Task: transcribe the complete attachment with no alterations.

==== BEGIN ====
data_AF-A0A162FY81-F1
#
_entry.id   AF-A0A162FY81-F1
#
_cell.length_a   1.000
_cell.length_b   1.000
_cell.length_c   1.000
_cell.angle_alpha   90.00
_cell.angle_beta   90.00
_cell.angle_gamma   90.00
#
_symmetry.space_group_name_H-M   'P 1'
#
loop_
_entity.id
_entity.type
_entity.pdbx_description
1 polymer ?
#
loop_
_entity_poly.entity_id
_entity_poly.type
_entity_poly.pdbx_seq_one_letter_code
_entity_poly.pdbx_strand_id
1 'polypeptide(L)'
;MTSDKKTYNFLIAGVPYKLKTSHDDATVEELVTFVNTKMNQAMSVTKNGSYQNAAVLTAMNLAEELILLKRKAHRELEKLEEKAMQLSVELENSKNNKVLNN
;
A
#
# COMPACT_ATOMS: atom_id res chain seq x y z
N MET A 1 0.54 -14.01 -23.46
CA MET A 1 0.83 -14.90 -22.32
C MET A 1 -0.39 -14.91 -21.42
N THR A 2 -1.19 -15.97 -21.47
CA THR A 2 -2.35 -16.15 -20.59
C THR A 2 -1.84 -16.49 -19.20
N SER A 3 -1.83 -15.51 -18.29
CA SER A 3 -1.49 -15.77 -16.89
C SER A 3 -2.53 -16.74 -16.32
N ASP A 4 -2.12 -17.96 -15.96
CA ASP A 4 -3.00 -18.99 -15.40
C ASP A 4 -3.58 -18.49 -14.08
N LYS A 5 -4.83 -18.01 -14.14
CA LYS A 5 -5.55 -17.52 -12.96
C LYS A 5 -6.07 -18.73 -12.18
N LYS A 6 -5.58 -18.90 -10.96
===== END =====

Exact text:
data_AF-A0A162FY81-F1
#
_entry.id   AF-A0A162FY81-F1
#
_cell.length_a   1.000
_cell.length_b   1.000
_cell.length_c   1.000
_cell.angle_alpha   90.00
_cell.angle_beta   90.00
_cell.angle_gamma   90.00
#
_symmetry.space_group_name_H-M   'P 1'
#
loop_
_entity.id
_entity.type
_entity.pdbx_description
1 polymer ?
#
loop_
_entity_poly.entity_id
_entity_poly.type
_entity_poly.pdbx_seq_one_letter_code
_entity_poly.pdbx_strand_id
1 'polypeptide(L)'
;MTSDKKTYNFLIAGVPYKLKTSHDDATVEELVTFVNTKMNQAMSVTKNGSYQNAAVLTAMNLAEELILLKRKAHRELEKLEEKAMQLSVELENSKNNKVLNN
;
A
#
# COMPACT_ATOMS: atom_id res chain seq x y z
N MET A 1 0.54 -14.01 -23.46
CA MET A 1 0.83 -14.90 -22.32
C MET A 1 -0.39 -14.91 -21.42
N THR A 2 -1.19 -15.97 -21.47
CA THR A 2 -2.35 -16.15 -20.59
C THR A 2 -1.84 -16.49 -19.20
N SER A 3 -1.83 -15.51 -18.29
CA SER A 3 -1.49 -15.77 -16.89
C SER A 3 -2.53 -16.74 -16.32
N ASP A 4 -2.12 -17.96 -15.96
CA ASP A 4 -3.00 -18.99 -15.40
C ASP A 4 -3.58 -18.49 -14.08
N LYS A 5 -4.83 -18.01 -14.14
CA LYS A 5 -5.55 -17.52 -12.96
C LYS A 5 -6.07 -18.73 -12.18
N LYS A 6 -5.58 -18.90 -10.96